The incorporation of hydrophobic ingredients, such as resveratrol (a fat-soluble phytochemical), in nanoemulsions can increase the water solubility and stability of these hydrophobic ingredients. The nanodelivery of resveratrol can result in a marked improvement in the bioavailability of this health-promoting ingredient. The current study hypothesized that resveratrol can bind to caprine casein, which may result in the preservation of the biological properties of resveratrol. The fluorescence spectra provided proof of this complex formation by demonstrating that resveratrol binds to caprine casein in the vicinity of tryptophan amino acid residues. The caprine casein/resveratrol complex is stabilized by hydrophobic interactions and hydrogen bonds. Hence, to study the rate of resveratrol degradation during processing/storage, resveratrol losses were determined by reversed-phase high performance liquid chromatography (RP-HPLC) in nanoemulsions stabilized by bovine and caprine caseins individually and in combination with polysorbate-20. At 48 h oxidation, 88.33% and 89.08% was left of resveratrol in the nanoemulsions stabilized by caprine casein (αs1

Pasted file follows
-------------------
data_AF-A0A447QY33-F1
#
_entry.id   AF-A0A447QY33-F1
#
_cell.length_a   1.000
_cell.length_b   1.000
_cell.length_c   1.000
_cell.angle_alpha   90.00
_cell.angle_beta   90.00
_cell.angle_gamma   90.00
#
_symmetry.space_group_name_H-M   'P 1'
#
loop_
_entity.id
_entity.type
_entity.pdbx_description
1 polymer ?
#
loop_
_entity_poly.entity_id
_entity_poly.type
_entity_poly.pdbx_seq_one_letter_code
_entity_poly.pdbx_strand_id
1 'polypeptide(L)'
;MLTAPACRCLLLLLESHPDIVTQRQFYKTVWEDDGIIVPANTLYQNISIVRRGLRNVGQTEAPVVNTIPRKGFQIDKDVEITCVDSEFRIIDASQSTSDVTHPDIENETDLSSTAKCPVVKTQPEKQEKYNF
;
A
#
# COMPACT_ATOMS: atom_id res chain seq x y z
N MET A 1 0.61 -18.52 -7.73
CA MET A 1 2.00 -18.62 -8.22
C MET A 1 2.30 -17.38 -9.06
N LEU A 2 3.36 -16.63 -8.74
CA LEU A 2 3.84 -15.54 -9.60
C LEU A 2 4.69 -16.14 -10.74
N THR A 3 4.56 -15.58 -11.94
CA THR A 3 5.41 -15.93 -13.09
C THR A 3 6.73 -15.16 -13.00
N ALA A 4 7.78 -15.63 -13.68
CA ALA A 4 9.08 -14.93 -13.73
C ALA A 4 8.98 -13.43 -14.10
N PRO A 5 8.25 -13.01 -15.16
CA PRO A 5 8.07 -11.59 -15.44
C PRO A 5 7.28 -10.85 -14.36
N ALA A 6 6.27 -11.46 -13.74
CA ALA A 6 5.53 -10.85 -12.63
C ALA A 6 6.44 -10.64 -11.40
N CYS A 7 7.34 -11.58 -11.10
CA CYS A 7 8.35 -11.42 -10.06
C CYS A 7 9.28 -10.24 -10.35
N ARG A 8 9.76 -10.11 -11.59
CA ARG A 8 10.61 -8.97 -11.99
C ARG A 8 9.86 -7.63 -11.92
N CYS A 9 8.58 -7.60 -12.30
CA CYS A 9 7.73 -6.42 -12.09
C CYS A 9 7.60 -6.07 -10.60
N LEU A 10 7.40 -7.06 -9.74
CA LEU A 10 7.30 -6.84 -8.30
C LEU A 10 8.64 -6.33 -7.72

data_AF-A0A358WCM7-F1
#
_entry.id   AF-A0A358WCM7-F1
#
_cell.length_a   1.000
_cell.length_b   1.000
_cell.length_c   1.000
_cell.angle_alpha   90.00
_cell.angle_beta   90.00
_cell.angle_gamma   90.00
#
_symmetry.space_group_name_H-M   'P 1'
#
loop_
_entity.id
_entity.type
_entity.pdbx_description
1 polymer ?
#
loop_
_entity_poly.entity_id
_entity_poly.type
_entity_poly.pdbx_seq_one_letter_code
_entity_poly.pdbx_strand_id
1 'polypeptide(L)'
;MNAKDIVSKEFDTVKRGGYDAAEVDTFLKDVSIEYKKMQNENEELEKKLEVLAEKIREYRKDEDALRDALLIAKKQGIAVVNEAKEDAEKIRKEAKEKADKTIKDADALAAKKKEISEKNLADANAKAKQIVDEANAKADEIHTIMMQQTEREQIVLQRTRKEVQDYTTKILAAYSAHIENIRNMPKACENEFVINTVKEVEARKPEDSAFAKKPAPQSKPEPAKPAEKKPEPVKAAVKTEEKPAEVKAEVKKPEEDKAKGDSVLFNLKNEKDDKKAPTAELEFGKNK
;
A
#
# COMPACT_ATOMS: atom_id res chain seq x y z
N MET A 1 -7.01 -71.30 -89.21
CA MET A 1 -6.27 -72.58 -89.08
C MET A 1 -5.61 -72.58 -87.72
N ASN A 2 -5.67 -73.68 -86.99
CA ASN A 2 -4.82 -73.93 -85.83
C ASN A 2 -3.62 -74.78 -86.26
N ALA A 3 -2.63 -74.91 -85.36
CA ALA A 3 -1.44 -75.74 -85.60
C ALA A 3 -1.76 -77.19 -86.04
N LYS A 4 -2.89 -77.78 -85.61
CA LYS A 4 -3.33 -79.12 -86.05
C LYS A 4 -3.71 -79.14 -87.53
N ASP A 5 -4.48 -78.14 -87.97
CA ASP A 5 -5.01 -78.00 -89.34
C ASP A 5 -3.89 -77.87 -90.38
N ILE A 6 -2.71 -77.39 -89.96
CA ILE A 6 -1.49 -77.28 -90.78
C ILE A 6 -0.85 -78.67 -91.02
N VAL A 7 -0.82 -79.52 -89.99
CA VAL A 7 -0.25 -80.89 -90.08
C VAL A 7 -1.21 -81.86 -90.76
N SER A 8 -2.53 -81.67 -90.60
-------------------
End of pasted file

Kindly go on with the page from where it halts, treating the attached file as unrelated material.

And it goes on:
-I)/polysorbate-20 complex and caprine (αs1
-II)/polysorbate-20 complex, while there was less resveratrol left in the nanoemulsions stabilized by bovine casein/polysorbate-20 complex, suggesting that oxygen degradation was involved. The findings of this study are crucial for the food industry since they imply the potential use of caprine casein/polysorbate-20 complex to preserve the biological properties of resveratrol.
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